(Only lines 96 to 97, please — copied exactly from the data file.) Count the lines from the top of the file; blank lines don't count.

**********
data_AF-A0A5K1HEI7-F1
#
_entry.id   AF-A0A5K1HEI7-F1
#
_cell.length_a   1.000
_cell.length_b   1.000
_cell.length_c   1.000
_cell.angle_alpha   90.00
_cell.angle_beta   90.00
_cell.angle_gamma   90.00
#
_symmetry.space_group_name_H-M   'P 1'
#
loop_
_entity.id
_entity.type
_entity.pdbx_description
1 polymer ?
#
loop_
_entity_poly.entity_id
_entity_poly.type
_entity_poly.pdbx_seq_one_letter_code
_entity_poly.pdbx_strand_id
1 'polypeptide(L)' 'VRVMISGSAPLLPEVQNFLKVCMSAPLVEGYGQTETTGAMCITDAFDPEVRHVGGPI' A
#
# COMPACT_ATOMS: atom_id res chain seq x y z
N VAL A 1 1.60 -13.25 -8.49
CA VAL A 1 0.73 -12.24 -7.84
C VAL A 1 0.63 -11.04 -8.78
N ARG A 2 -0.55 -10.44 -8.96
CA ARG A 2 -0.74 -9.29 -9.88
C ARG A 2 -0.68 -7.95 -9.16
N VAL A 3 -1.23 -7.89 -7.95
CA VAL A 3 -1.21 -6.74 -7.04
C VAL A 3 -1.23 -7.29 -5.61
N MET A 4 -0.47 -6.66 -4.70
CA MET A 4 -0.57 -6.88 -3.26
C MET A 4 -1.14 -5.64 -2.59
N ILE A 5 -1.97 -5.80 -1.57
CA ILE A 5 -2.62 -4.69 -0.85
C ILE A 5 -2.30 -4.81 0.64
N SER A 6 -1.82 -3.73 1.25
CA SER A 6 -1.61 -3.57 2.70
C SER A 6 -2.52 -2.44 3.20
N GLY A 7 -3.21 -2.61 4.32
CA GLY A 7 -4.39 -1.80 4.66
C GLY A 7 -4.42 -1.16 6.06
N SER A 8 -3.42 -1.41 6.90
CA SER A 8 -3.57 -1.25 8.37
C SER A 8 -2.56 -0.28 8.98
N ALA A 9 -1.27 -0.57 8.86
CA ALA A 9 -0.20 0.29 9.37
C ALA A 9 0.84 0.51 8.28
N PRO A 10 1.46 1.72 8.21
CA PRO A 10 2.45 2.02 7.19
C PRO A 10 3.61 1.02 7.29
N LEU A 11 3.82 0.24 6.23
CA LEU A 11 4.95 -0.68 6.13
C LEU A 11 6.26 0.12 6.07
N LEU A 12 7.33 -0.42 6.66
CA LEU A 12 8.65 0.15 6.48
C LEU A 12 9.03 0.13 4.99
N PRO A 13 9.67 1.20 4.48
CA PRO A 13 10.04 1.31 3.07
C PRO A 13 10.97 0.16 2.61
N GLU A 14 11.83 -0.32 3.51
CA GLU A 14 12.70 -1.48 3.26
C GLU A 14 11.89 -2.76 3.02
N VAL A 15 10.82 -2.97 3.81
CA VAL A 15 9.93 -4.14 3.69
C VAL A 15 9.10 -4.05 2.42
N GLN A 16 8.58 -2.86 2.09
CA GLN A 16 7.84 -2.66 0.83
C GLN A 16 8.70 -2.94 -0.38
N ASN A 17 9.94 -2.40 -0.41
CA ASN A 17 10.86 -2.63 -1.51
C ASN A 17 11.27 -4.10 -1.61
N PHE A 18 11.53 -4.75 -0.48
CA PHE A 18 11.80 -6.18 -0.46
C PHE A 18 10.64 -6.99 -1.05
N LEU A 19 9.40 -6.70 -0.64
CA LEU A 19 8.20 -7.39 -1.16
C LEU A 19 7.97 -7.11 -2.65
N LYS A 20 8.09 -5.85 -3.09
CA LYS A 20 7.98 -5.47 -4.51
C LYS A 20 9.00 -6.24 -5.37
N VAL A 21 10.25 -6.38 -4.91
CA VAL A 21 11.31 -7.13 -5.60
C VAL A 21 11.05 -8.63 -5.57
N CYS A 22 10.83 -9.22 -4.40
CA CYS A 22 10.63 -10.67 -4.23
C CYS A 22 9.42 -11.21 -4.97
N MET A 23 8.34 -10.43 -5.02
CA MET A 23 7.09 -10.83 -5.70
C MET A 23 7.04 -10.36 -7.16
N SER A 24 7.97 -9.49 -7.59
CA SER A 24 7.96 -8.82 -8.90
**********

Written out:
C MET A 23 7.04 -10.36 -7.16
N SER A 24 7.97 -9.49 -7.59